To say that Jesus is Black because Jesus is a Jew is to say that black life is the location–in America–in which the Jewish Savior is found. To say that Jesus is Black is to acknowledge that there is no knowledge of God, or Christ, apart from Christ’s present work in the actual struggles of oppressed people today. It is also to acknowledge that blackness has been opened up as a repetition of the covenantal openness of Jewish identity (to the point where Cone envisions the conversion of white people as their becoming black). God’s liberation of creation today–God’s gift of freedom and full, abundant life–occurs at the site and in the lives of black people affirming their full humanity in a racist society.

So, in short, if you struggle against the powerful of this world, then Christ is black. If you are an enabler or identify with the powerful, then little wonder that Fox News believes Christ is white.

Thoughts?

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Comments

  1. Thomas Coates says

    Thank you Jeremy,
    This is a very needed article, and fits within what I’ve learned my first semester of seminary (in both OT/Hebrew Bible and Social Context especially, but also Christian Heritage where one of my traditional Catholic professors stated that Christ became suffering on the cross and suffers with us as we “put on Christ” in the world today).
    Christ suffers with the oppressed, whether African-Americans, LGBTQ people, chronically homeless– in all manner of suffering. We must all be aware of our social location and privilege of one form or another. Conversations are not equal: Whether stating “this is America, anyone can make it” without understanding many people have much, much further to climb through no fault of their own, or regarding LGBTQ people who know suffering in the church (and because of the BoD’s inhumane statements, the tremendous risk LGBTQ/allies face for speaking up to lessen the pain), or the difference in power between viewing a white or black Jesus.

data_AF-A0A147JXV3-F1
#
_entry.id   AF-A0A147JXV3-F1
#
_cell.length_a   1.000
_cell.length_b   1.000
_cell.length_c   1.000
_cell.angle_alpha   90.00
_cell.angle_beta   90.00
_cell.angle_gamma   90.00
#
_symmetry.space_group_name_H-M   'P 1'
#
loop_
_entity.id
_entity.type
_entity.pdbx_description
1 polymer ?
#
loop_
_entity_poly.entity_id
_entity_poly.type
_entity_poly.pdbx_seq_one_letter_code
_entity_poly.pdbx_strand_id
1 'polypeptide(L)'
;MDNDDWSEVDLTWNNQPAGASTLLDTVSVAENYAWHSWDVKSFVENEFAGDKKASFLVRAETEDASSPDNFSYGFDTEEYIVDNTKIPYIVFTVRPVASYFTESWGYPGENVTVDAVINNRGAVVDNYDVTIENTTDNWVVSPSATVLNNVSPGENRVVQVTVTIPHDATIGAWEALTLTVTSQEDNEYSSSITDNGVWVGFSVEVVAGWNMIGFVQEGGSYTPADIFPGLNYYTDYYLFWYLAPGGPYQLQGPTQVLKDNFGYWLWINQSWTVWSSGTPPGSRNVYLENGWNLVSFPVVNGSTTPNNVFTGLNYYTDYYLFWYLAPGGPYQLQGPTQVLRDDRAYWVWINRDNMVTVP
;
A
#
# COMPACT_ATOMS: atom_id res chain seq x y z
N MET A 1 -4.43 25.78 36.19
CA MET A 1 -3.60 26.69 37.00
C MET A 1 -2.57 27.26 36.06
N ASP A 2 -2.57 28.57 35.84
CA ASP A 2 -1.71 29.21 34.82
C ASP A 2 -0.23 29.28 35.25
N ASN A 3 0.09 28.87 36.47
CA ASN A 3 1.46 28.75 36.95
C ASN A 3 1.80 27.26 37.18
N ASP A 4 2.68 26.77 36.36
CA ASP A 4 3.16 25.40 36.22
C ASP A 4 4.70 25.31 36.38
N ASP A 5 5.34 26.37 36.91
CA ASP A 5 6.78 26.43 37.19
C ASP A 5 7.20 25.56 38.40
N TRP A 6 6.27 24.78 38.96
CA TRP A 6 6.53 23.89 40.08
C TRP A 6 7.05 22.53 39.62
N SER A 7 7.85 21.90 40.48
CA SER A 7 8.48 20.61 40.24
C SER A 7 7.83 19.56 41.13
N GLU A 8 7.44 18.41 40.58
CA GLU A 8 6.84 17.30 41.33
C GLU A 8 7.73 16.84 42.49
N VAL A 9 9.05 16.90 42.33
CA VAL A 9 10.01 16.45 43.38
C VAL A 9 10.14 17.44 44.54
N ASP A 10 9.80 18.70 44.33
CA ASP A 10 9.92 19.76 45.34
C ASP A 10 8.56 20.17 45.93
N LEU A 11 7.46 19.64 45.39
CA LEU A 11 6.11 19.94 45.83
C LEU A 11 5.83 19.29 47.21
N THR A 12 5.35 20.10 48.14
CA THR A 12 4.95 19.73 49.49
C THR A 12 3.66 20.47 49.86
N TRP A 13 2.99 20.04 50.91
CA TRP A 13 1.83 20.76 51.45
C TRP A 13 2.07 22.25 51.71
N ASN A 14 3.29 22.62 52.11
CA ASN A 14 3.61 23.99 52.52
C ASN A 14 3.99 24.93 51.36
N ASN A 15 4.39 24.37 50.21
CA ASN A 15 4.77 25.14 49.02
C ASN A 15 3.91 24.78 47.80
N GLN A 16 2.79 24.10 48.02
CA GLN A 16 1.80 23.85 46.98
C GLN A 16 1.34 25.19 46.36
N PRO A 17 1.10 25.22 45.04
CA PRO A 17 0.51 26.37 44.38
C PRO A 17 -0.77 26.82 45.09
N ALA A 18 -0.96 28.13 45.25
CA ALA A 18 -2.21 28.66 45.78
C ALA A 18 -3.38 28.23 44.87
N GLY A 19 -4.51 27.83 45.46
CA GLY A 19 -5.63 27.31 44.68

I believe there’s benefit to seeing the Incarnate Christ as black (or any non-dominant race, class, or stigmatized group), as Jesus would not be hanging out with those in power– whether on capitol hill, or huge conservative lobbies trying to keep people out of the church (Focus on the Family-types). Jesus would be working on the margins, ministering with the poor, the black, the LGBTQ, the sex workers, the addicts, the homeless, those with HIV/AIDS without adequate healthcare, and you and me.

    • Paul Anthony Preussler says

      Our Lord does indeed suffer with homosexual persons such as Alexander Turing and Oscar Wilde, when they are treated brutally and without the mercy that He has commanded. However, in equal measure he also suffers from them, for His commandments preclude homosexuality, just as they prohibit adultery, fornication, and bestiality. In transgressing Christ’s commandments, as expressed through the Pauline epistles, and his own words against lasciviousness, we do harm Christ, repeating the original Sin of Adam, and participate in His crucifixion, and these sins are universal. Is there one person who has read this blog, who has not looked upon another human in lust, and thus committed adultery in their heart?

      It is by way of the sexual impulse that Satan frequently corrupts us to the most extreme extent, and it is here that we must zealously “gird up our loins,” committing ourselves either to Holy Celibacy, or to heterosexual marriage. We must resist the temptation to satisfy our homosexual desires, or for that matter, our inappropriate heterosexual desires, or other lascivious impulses, for when we fail to do so, we do cause Christ to suffer; but we can take solace in the fact that our God is long-suffering, and has suffered and died for our sins, so that death might be swallowed up in victory, and that we might eventually, through pursuit of holiness, and avoidance of all sin, including improper sexual temptation, fulfill the role He intended for us.

      • Thomas Coates says

        in equally measure? No way. I cannot yield that the brutal murder and torture of LGBTQ humanity, where Christ suffers with us, is in any way equal to a loving LGBTQ relationship, for love cannot be a sin, as all that is good is from God. However, you at least admit that Christ suffers with persecuted LGBTQ persons and there are many, many people who can’t even get this far– believing being an LGBTQ person is a choice, when it is not… you’d understand if you were LGBTQ.

        • Paul Anthony Preussler says

          In my teenage years, I experienced strong homosexual temptations in my life and I have learned to control and suppress them; I have sublimated them into a general love for the male gender, while at the same time I have been blessed to enter into heterosexual marriage. However, if my wife dies, I will become a monk, and forswear sex altogether.